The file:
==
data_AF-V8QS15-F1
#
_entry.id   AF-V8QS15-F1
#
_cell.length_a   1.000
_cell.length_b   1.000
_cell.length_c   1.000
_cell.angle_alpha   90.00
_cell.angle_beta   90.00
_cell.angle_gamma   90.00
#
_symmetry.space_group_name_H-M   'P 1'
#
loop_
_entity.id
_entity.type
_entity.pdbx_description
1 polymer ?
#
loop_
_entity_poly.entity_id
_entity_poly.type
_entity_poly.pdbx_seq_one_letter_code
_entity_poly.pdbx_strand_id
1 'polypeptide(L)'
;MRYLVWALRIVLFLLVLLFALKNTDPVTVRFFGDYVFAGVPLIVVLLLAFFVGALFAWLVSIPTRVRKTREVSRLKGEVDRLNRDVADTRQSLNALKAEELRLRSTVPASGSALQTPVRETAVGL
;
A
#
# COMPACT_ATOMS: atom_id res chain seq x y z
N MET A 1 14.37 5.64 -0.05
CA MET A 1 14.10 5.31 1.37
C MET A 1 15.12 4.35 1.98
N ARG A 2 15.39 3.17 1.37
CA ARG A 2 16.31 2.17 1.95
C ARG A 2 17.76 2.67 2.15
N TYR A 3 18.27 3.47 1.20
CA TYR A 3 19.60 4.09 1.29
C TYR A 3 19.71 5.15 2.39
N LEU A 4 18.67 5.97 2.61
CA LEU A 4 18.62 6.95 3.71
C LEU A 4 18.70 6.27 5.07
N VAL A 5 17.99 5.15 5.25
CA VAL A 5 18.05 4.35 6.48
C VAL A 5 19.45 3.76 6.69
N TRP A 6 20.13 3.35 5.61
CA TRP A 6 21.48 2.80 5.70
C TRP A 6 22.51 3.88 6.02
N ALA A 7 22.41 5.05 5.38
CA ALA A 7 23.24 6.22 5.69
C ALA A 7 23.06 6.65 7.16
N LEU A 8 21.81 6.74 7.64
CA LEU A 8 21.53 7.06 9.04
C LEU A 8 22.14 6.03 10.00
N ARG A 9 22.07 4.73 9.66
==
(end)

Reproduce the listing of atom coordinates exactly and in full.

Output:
data_AF-V8QS15-F1
#
_entry.id   AF-V8QS15-F1
#
_cell.length_a   1.000
_cell.length_b   1.000
_cell.length_c   1.000
_cell.angle_alpha   90.00
_cell.angle_beta   90.00
_cell.angle_gamma   90.00
#
_symmetry.space_group_name_H-M   'P 1'
#
loop_
_entity.id
_entity.type
_entity.pdbx_description
1 polymer ?
#
loop_
_entity_poly.entity_id
_entity_poly.type
_entity_poly.pdbx_seq_one_letter_code
_entity_poly.pdbx_strand_id
1 'polypeptide(L)'
;MRYLVWALRIVLFLLVLLFALKNTDPVTVRFFGDYVFAGVPLIVVLLLAFFVGALFAWLVSIPTRVRKTREVSRLKGEVDRLNRDVADTRQSLNALKAEELRLRSTVPASGSALQTPVRETAVGL
;
A
#
# COMPACT_ATOMS: atom_id res chain seq x y z
N MET A 1 14.37 5.64 -0.05
CA MET A 1 14.10 5.31 1.37
C MET A 1 15.12 4.35 1.98
N ARG A 2 15.39 3.17 1.37
CA ARG A 2 16.31 2.17 1.95
C ARG A 2 17.76 2.67 2.15
N TYR A 3 18.27 3.47 1.20
CA TYR A 3 19.60 4.09 1.29
C TYR A 3 19.71 5.15 2.39
N LEU A 4 18.67 5.97 2.61
CA LEU A 4 18.62 6.95 3.71
C LEU A 4 18.70 6.27 5.07
N VAL A 5 17.99 5.15 5.25
CA VAL A 5 18.05 4.35 6.48
C VAL A 5 19.45 3.76 6.69
N TRP A 6 20.13 3.35 5.61
CA TRP A 6 21.48 2.80 5.70
C TRP A 6 22.51 3.88 6.02
N ALA A 7 22.41 5.05 5.38
CA ALA A 7 23.24 6.22 5.69
C ALA A 7 23.06 6.65 7.16
N LEU A 8 21.81 6.74 7.64
CA LEU A 8 21.53 7.06 9.04
C LEU A 8 22.14 6.03 10.00
N ARG A 9 22.07 4.73 9.66